While democratic governments respond to the global situation by passing anti-infiltration legislation, the KMT and the PFP are throwing their lot with the White Wolf’s [Chang An-le (張安樂)] China Unitification Promotion Party, using various insinuations to block national security legislation.
Does the KMT not have even one person left with an international outlook?
It is not surprising that such a political party would nominate s its presidential candidate someone who abandoned his position as mayor of Kaohsiung and kneels more than he walks.
It is, in fact, only fitting.
The elections represent a generational change in Taiwan. The nation’s outstanding young people and all Taiwanese have an opportunity to lay the foundations for the nation’s next 20 years.
Mike Chang is an accountant.
Translated by Perry Svensson
When I was in Ukraine filming for an upcoming documentary, I was surprised at how frequently my mind naturally tended to map Ukraine’s war experience onto Taiwan, where I have lived for the past 10 years. There are obvious parallels of an imperial nuclear superpower asserting itself over a smaller non-nuclear state, but there are also small mundane things that would impact everyday life. When I saw Ukrainian elderly people filling jugs of water at a church in sub-zero temperatures and hauling it back to their homes which might not have electricity, I imagined the difficulty of a Taiwanese senior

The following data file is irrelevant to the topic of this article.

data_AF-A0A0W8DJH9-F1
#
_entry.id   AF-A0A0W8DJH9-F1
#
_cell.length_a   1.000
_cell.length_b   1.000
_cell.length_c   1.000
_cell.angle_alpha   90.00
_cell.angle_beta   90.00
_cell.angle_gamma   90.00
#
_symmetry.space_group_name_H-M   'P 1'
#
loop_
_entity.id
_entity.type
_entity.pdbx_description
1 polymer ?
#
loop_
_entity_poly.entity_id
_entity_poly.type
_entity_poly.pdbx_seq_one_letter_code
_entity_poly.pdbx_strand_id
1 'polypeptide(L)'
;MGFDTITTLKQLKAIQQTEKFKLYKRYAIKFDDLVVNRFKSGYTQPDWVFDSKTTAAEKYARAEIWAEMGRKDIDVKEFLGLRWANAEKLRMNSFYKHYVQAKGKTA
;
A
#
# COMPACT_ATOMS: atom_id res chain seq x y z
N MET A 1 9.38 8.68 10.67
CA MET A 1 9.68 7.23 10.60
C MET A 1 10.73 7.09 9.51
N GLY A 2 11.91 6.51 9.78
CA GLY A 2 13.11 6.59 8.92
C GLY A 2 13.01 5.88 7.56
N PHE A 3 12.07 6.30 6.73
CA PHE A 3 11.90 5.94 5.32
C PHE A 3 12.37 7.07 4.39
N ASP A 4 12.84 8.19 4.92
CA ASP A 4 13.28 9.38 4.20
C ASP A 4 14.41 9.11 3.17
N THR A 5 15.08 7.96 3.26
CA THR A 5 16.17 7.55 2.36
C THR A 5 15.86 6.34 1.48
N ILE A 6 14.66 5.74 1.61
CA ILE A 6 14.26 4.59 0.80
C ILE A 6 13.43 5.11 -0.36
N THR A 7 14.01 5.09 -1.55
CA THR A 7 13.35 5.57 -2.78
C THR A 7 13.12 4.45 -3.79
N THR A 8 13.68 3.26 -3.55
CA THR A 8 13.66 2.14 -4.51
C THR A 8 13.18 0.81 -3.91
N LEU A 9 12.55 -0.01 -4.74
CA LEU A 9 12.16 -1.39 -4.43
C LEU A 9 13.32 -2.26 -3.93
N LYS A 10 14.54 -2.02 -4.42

This is the Year of the Dragon. At the beginning of the year, the Chinese government announced that “dragon” is to be translated as long (龍), in a move meant to erase the supposed negative connotations of dragons. In many Western cultures, dragons are often seen as wicked or demonic. This is not just a mere linguistic adjustment. It is symbolic, representing a change in China’s current political culture. Under the overbearing leadership of Chinese President Xi Jinping (習近平), the Chinese government has been undergoing a cultural policy of “de-Westernization.” Although this change in semantics is just one of many
An online petition started by a doctor in Taichung called on lawmakers to halt an amendment that would shorten the time needed for Chinese spouses of Taiwanese to gain citizenship in Taiwan. The amendment could put a strain on Taiwan’s already burdened National Health Insurance (NHI) system, Cheng Ching Hospital thoracic surgery division doctor Tu Cheng-che (杜承哲) said. Doctors have seen many Chinese spouses bring their relatives to hospital emergency rooms, asking for full checkups, he added. “They [Chinese spouses] even tell their relatives that healthcare in Taiwan is free and is easily accessible, and that healthcare providers in Taiwan
On Feb. 15, the UK’s Economist Intelligence Unit released its latest report on the state of democracy around the world. Out of the 167 countries and territories covered by the report, titled Democracy Index 2023: Age of conflict, Taiwan is considered a full democracy, ranking first in Asia and 10th around the world. The index showed that global democracy regressed last year, yet Taiwan countered this trend, a fact that all Taiwanese should take pride in. The report sheds light on the rising tide of authoritarianism, with groups consolidating power within and forming alliances with authoritarian powers without. The international order